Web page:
£1.4m fine for Total UK Ltd following major fire
On 29 June 2010 a major fire broke out at the Lindsey Oil Refinery in North Lincolnshire. The HSE’s investigation revealed that the root cause of the fire was an uncontrolled release of crude oil.
Robert Greenacre was a 24-year old man working near a crude oil distillation unit. He was working with a colleague beneath a distillation column containing hot crude oil. They were tasked with blinding a low pressure steam line in a distillation column. The blind had been removed a few weeks earlier to allow steam into the column to clean it. The column had several tonnes of hot crude oil. It was being restarted and unbeknown to Mr Greenacre and his colleague the blind had not been replaced. They therefore mistakenly opened a piece of equipment and the crude oil was released. A short time later it ignited. Mr Greenacre’s colleague escaped with minor burns but Mr Greenacre was fatally injured.
The court heard how Total had failed in its safety management systems by omitting to replace the blind. The fitters were not aware of the absence of the blind or that the column contained crude oil. The hazard was not identified within any documentation.
Total pleaded guilty to breaching Regulation 4 of the Control of Major Accident Hazards Regulations 1999 (COMAH) and were fined £1.4m and ordered to pay costs £34,084.05.
Whilst Total pleaded in mitigation that their general attitude to health and safety was good, the fine imposed was significant given the fatality and that the incident could have been foreseen. The court also took into account time constraints placed on employees and Total’s previous conviction arising from the 2005 Buncefield explosion.
Rogue trader imprisoned for six months
Christopher Shaw, known under several aliases, was jailed for six months for carrying out illegal gas work at a home, putting a family with two children at risk of serious injury, or even death.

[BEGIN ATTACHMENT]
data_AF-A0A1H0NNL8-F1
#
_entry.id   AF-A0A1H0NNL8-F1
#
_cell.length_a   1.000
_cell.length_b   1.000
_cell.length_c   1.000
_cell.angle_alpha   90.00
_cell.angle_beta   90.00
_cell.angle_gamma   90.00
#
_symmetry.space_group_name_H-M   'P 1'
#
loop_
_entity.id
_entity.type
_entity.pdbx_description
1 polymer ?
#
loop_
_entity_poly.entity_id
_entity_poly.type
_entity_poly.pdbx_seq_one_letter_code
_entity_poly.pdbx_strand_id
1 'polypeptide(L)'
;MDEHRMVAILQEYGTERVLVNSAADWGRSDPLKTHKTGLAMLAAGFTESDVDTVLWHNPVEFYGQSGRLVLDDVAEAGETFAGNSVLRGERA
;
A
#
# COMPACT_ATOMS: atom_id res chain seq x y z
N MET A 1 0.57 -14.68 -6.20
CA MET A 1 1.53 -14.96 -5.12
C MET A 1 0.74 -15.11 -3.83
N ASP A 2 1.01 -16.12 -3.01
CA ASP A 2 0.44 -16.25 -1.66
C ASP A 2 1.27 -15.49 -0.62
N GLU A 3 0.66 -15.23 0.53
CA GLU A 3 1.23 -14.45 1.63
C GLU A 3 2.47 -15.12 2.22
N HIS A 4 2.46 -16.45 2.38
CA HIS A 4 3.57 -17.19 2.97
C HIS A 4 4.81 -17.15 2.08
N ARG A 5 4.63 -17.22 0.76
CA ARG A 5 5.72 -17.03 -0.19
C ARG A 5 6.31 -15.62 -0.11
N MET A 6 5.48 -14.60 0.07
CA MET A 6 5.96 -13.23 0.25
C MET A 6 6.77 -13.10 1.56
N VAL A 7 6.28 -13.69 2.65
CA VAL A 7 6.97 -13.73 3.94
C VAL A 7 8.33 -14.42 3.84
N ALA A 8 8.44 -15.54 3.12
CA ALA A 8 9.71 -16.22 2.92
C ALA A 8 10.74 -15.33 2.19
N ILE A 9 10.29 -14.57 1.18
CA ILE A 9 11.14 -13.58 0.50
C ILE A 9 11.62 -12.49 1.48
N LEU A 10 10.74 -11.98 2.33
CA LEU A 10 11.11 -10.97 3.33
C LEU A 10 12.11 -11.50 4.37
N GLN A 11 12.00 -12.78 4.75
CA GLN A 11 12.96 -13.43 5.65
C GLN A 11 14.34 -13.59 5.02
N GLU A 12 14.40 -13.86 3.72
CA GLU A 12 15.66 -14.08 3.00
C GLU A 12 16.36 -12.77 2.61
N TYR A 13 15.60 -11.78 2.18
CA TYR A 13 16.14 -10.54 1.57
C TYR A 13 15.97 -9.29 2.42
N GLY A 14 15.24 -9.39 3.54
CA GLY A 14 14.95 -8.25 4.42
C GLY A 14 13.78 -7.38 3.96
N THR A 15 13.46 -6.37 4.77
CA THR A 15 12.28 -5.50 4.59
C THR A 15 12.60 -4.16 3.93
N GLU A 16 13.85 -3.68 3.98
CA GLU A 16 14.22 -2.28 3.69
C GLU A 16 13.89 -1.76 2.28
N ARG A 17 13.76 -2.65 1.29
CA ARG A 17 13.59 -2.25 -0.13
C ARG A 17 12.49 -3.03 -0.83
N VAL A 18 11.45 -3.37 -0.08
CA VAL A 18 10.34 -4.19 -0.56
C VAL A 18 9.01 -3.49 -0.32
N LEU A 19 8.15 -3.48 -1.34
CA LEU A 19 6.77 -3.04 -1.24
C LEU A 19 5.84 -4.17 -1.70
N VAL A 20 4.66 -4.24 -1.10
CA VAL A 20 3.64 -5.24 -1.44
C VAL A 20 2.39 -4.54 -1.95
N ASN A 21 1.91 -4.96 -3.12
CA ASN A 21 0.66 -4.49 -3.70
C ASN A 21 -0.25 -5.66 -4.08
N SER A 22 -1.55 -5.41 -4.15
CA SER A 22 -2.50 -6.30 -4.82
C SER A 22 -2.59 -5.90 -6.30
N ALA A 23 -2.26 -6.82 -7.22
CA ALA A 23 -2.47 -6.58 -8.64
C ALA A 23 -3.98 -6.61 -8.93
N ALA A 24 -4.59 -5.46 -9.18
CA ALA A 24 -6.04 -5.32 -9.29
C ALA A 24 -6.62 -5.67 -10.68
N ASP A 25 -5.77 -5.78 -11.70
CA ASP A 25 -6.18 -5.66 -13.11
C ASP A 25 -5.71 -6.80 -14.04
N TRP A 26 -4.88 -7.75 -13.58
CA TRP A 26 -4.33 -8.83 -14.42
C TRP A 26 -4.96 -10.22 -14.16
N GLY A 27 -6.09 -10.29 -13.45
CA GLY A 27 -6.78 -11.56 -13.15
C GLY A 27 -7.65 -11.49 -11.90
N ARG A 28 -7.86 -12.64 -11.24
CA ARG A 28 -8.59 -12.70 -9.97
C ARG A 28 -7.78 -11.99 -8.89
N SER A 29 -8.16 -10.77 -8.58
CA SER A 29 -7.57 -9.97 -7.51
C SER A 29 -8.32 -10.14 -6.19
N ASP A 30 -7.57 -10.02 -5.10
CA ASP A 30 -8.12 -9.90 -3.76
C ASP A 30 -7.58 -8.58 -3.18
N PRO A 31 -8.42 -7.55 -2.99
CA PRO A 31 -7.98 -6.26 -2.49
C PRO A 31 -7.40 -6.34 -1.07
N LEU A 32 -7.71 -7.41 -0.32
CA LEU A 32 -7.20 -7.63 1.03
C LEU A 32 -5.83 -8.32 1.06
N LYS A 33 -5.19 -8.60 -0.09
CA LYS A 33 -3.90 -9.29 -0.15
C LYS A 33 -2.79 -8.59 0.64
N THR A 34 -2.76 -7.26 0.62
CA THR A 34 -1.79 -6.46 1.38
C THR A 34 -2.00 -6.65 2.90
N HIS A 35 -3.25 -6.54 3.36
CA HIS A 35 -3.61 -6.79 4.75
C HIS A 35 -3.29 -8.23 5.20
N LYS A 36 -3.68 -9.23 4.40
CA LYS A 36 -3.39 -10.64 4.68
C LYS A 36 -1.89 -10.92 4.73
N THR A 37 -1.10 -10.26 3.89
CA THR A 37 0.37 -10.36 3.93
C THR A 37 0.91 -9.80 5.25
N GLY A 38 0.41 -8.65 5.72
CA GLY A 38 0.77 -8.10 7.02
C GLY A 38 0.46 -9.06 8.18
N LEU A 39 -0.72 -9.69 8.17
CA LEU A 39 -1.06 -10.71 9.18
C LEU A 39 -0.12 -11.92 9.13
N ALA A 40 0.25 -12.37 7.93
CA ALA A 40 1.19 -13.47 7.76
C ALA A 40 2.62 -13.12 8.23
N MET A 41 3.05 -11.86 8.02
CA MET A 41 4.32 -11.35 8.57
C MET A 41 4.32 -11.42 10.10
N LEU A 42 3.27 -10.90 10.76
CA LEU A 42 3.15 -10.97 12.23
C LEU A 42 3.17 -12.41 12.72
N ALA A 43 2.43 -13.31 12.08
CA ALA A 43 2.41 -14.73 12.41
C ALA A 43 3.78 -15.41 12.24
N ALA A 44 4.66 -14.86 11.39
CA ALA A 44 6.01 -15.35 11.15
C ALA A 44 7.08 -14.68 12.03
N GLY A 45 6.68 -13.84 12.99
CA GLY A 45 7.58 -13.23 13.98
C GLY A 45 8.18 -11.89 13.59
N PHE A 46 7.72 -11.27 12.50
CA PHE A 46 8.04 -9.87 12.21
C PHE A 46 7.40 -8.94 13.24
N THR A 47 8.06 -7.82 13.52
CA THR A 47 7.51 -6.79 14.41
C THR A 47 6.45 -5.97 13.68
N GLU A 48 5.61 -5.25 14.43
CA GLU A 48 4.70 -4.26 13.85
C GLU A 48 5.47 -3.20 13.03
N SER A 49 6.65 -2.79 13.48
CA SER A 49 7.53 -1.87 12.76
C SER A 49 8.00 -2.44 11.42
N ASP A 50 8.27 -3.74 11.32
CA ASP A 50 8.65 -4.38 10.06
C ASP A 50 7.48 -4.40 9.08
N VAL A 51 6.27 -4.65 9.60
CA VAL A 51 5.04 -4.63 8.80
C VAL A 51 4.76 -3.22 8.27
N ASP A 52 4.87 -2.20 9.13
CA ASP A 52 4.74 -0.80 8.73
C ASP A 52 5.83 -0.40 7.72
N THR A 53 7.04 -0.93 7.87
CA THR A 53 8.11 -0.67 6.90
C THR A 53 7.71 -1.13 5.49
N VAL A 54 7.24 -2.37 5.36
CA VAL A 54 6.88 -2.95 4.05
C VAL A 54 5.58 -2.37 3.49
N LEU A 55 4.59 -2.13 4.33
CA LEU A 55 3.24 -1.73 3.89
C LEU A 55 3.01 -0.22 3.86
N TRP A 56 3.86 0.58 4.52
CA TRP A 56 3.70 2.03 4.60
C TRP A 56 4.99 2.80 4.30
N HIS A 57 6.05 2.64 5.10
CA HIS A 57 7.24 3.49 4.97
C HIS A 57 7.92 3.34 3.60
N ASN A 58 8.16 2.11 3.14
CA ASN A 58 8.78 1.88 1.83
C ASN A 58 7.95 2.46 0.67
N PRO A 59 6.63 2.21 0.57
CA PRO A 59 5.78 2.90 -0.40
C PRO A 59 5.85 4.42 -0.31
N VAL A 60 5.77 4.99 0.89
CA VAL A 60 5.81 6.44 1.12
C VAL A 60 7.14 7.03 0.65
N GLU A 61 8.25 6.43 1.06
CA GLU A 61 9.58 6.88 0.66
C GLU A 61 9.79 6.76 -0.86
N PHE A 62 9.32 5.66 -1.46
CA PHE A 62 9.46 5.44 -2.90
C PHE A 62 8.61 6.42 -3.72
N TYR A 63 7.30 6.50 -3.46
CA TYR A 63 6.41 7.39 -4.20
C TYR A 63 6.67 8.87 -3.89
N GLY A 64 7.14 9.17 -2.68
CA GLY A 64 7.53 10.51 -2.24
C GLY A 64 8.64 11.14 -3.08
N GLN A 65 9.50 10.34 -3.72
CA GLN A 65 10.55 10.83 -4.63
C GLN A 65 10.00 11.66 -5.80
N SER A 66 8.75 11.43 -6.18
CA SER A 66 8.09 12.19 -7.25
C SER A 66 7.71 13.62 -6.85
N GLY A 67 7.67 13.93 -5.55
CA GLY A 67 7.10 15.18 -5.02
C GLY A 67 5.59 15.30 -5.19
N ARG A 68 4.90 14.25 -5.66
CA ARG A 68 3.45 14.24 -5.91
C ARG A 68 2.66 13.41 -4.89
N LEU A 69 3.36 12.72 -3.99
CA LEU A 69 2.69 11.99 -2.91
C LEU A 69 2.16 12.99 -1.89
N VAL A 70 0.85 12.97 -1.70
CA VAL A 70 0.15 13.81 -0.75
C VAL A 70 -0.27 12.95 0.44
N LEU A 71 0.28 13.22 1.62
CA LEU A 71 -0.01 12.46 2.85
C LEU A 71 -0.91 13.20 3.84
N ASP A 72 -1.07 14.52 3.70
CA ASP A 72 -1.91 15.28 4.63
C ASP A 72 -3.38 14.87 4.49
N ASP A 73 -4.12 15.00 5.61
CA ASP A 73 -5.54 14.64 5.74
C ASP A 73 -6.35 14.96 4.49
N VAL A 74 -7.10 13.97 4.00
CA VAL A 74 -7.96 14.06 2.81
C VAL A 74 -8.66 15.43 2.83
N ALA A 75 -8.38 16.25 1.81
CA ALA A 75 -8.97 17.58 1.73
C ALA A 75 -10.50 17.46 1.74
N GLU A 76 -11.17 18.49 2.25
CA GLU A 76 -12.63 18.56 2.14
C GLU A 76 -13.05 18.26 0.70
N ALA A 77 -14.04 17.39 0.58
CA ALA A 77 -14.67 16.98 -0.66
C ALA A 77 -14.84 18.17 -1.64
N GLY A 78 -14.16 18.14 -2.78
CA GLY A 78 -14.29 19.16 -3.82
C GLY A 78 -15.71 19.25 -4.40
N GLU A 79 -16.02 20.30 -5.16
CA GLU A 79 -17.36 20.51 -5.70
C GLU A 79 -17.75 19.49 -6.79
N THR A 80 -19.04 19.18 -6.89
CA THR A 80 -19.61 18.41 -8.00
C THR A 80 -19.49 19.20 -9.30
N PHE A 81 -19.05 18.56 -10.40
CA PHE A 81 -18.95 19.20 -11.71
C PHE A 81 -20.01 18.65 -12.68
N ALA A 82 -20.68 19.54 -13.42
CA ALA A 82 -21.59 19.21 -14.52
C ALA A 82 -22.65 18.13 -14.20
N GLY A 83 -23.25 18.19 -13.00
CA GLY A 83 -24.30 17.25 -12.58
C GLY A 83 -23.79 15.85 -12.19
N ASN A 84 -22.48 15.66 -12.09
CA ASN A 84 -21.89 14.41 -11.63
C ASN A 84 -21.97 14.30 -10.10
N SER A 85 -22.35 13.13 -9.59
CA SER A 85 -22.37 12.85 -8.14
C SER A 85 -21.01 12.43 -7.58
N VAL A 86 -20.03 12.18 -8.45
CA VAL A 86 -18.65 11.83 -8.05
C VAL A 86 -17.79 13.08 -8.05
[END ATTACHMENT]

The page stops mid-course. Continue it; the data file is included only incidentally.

Mr Shaw traded as SOS Express Plumbing. He was known to the police and a warrant was issued for his arrest after he failed to attend Bradford Magistrates’ Court in connection with several gas safety offences.
Despite not being a registered gas engineer, either with Gas Safe or the previous gas registration body Corgi, Mr Shaw installed a boiler at a family home in breach of a prohibition notice, which prevented him from performing gas work. The boiler installation was later found to be unsafe, exposing the family and those nearby to potential carbon monoxide poisoning, fire and explosion.
The family experienced persistent problems with the boiler, which Mr Shaw returned to repair on several occasions. The faults were eventually discovered by a registered gas engineer working for the boiler manufacturer.
The unsavoury nature of Mr Shaw’s work came to light at the hearing when it was revealed that he received a Prohibition Notice in 2011 after carrying out unsafe work at various properties between March 2010 and May 2011, including a house run by a charity which supported homeless people.
Mr Shaw pleaded guilty to breaches of 3 (3) and 26 (1) of the Gas Safety (Installation and Use) Regulations 1998 and Section 33(1)(g) of the Health and Safety at Work etc Act 1974. He was given a six-month prison sentence for each of the three charges to run concurrently.
Scaffolder prosecuted following a member of the public’s filmed footage
Greg Pearson of Enfield, trading as ”Pearsons Scaffolding”, was prosecuted after a member of the public provided the HSE with photographs and video evidence of a poorly constructed scaffold in central London. The scaffold was fifteen metres high. It had been poorly erected with workers as well as members of the public walking beneath it clearly placed at risk.
The HSE served a Prohibition Notice ordering work to be stopped until the scaffold was made safe.
Mr Pearson pleaded guilty to ss 6(3) and 10(1) of the Work at Height Regulations 2005. He was handed two prison sentences of ten weeks to run concurrently, suspended for 12 months. He was also ordered to pay costs of £200 and a victim surcharge of £80.
Failure to comply with enforcement notices lands MD with fine
Jan Willem Boruch was the sole director of Janbor Ltd, a company specialising in the recycling of wood waste. Janbor Ltd, a Hertfordshire-based company, was served with three Improvement Notices in October 2014 relating to work activity at its plant, but failed to comply with them.
The Health and Safety Executive (HSE) served the notices and prosecuted Mr Boruch, rather than the company, for its failure to comply. He was fined £8,000 after pleading guilty to an offence under Section 37(1) of the Health and Safety at Work etc Act 1974. He was also ordered to pay legal costs of £2,089.
Although this case arose from relatively minor health and safety breaches against a small company, it highlights the consequences of failing to comply with enforcement notices, particularly the potential personal liability of directors of companies.